US says Google cheated to dominate searches – 09/12/2023 – Market

US says Google cheated to dominate searches – 09/12/2023 – Market

The United States argued on Tuesday (12) that Google did not play by the rules in its efforts to maintain its dominance in online search, paying US$10 billion (RS 49.46 billion) to ensure that smaller competitors would never gain traction.

“This case is about the future of the internet,” said Kenneth Dintzer, arguing on behalf of the Justice Department that Google began in 2010 to illegally maintain its monopoly.

The US Department of Justice accuses Google of paying billions of dollars annually to device makers like Apple Inc, wireless phone companies like AT&T and browser makers like Mozilla to give Google’s search engine a share of market of around 90%.

Additionally, Dintzer said Google rigged auctions for ads placed on the internet to raise prices for advertisers.

“Default settings are powerful, scale matters, and Google has illegally maintained a monopoly for more than a decade,” Dintzer said.

The consequences are that without serious competition, Google has innovated less and paid less attention to other concerns such as privacy, he said.

Dintzer also said the department found evidence that Google took steps to protect communications about payments it made to companies like Apple.

“They knew these deals crossed antitrust lines,” he said. He showed a chat in which Google CEO Sundar Pichai asked to disable the history of a certain chat.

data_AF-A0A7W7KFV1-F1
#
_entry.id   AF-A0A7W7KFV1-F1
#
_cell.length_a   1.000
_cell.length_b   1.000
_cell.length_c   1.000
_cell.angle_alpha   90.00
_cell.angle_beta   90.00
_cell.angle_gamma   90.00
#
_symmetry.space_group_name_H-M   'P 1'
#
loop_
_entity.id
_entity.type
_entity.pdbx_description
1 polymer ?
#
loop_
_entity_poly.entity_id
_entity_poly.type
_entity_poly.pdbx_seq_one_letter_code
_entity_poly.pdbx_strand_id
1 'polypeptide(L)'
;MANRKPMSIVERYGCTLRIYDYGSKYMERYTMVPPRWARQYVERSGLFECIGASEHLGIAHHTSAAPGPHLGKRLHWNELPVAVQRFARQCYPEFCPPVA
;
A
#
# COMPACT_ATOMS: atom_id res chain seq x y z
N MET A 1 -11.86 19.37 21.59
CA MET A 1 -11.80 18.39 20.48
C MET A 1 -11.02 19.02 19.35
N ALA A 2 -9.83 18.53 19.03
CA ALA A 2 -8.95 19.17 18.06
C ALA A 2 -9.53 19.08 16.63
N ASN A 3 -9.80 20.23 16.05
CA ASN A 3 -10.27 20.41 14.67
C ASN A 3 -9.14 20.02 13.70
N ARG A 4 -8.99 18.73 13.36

Google’s defense is simple: It argues that its overwhelmingly high market share is not because it broke the law, but rather because it is a fast and effective search engine. Plus, it’s free.

Google’s lawyers will argue that consumers can delete the Google app from their devices or simply type Microsoft Bing, Yahoo or DuckDuckGo into a browser to use an alternative search engine.

They will also argue that consumers continue to use Google because they trust it to answer questions and are not disappointed.

Opening arguments in the trial took place in a packed federal courtroom in Washington, DC. The trial is expected to last up to ten weeks, with two phases.

In the first, Judge Amit Mehta will decide whether Google violated antitrust law in the way it manages search and search advertising. If Google is found to have violated the law, Judge Mehta will then decide how best to resolve the issue. He can simply order Google to stop practices that he considers illegal, or he can order Google to sell assets.

The government, in its complaint, called for “structural measures as necessary” but did not define them.

The legal battle has big implications for Big Tech, which has been accused of buying up or suffocating small competitors, but has protected itself against many accusations of violating antitrust law because the services the companies provide to users are free, as in the case of Google. , or cheap, as in the case of

Previous major antitrust trials include that of Microsoft, filed in 1998, and that of AT&T, filed in 1974. The 1982 split of AT&T is credited with paving the way for the modern cell phone industry, while the fight with Microsoft is credited with make room for Google and others on the internet.

Translation made with the help of artificial intelligence

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